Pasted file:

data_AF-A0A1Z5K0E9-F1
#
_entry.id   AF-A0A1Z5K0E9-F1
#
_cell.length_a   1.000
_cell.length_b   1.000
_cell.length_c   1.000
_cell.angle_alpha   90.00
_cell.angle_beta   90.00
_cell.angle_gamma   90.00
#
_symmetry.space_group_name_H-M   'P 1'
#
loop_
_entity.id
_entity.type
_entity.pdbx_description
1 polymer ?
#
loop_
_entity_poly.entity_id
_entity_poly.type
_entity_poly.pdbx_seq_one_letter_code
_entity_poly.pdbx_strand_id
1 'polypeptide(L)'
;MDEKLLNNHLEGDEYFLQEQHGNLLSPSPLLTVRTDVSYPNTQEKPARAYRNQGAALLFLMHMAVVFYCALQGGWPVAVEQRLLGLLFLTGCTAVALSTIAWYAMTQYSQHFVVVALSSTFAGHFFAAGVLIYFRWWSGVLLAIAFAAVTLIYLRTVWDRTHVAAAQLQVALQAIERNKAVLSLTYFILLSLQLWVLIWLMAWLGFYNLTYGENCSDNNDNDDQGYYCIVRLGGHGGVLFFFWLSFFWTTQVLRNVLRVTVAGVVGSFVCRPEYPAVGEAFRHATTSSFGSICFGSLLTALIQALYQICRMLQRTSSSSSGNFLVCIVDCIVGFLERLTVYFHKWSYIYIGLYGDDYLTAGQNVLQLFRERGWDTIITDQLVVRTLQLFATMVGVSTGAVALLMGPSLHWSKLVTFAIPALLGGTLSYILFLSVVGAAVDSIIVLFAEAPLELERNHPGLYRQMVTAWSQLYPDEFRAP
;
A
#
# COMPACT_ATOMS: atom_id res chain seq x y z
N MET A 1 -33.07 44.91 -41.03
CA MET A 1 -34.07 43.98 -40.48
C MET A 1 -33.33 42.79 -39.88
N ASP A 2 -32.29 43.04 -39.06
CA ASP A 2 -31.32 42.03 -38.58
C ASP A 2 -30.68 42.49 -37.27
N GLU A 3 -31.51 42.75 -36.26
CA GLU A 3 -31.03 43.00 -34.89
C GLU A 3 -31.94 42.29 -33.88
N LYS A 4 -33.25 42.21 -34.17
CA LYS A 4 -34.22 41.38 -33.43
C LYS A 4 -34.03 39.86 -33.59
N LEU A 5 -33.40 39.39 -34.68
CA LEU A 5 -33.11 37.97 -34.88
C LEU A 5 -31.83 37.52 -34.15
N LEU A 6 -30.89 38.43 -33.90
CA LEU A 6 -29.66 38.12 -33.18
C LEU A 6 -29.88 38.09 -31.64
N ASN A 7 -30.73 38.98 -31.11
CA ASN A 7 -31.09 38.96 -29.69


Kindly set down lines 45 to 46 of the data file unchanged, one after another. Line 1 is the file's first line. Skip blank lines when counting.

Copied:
C LEU A 5 -31.83 37.52 -34.15
N LEU A 6 -30.89 38.43 -33.90